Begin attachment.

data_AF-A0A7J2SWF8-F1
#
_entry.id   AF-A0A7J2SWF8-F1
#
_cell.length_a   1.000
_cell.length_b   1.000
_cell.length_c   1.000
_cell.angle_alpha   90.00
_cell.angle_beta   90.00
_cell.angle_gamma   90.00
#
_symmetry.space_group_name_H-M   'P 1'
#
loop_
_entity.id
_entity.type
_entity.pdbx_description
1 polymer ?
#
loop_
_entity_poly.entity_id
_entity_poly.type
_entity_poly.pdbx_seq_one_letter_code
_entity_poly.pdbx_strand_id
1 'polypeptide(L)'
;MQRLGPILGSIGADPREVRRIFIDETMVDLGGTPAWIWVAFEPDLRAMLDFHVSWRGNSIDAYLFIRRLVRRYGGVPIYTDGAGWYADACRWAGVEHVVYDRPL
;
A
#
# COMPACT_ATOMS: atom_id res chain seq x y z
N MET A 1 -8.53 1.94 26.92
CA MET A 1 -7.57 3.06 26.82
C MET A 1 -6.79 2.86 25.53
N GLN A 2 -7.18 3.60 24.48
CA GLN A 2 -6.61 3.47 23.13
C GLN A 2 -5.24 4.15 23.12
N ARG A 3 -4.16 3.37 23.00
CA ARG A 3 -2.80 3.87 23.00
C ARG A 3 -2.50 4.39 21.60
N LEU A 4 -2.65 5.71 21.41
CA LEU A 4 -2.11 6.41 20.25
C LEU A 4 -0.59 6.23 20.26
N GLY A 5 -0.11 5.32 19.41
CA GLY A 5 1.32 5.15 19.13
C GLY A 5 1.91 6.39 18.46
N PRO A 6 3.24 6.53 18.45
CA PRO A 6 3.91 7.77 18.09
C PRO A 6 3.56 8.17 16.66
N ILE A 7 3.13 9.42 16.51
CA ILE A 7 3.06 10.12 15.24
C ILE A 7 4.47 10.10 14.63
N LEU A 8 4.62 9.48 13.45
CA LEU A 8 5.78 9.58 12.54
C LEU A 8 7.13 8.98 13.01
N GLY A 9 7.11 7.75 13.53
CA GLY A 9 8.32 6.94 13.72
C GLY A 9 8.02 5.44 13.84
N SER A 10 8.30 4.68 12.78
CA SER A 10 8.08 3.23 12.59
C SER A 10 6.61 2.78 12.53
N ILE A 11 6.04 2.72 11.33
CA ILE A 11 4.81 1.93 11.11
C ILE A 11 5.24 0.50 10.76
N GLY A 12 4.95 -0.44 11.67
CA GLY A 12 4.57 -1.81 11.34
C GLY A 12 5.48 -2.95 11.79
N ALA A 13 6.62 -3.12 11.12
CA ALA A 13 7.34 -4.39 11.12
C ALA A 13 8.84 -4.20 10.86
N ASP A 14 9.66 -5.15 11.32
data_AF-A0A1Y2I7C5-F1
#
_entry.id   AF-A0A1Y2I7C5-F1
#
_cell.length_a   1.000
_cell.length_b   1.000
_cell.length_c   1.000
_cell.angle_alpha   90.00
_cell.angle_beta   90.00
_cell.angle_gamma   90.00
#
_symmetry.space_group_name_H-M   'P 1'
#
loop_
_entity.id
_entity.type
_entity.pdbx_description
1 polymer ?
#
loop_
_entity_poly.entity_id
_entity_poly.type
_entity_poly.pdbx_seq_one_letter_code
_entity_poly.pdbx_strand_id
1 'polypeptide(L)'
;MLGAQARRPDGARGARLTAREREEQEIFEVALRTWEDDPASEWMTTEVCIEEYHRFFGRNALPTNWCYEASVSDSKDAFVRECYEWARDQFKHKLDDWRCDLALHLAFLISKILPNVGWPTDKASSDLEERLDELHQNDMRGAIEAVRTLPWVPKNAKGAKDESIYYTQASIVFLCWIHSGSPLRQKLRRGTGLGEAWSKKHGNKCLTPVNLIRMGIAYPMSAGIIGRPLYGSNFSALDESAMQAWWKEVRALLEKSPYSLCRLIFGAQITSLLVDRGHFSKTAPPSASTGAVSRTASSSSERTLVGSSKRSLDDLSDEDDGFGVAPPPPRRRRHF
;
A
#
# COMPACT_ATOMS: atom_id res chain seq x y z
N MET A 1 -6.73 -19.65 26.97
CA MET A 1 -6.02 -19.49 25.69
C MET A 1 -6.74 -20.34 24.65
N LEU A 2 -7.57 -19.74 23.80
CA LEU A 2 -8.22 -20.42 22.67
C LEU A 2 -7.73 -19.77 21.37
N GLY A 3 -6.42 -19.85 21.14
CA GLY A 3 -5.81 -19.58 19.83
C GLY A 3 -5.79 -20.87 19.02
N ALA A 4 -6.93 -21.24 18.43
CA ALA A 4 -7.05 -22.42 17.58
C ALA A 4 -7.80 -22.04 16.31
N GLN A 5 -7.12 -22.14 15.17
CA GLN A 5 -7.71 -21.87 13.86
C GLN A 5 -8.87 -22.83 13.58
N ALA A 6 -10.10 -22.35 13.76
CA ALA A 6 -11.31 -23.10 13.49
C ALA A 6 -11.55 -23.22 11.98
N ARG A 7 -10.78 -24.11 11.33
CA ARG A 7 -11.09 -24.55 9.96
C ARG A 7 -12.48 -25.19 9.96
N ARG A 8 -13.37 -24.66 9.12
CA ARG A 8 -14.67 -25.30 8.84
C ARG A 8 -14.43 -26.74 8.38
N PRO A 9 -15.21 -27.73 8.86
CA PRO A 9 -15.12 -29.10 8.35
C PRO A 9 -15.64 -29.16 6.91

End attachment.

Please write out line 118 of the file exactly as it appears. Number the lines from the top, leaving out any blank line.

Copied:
C ALA A 6 -11.55 -23.22 11.98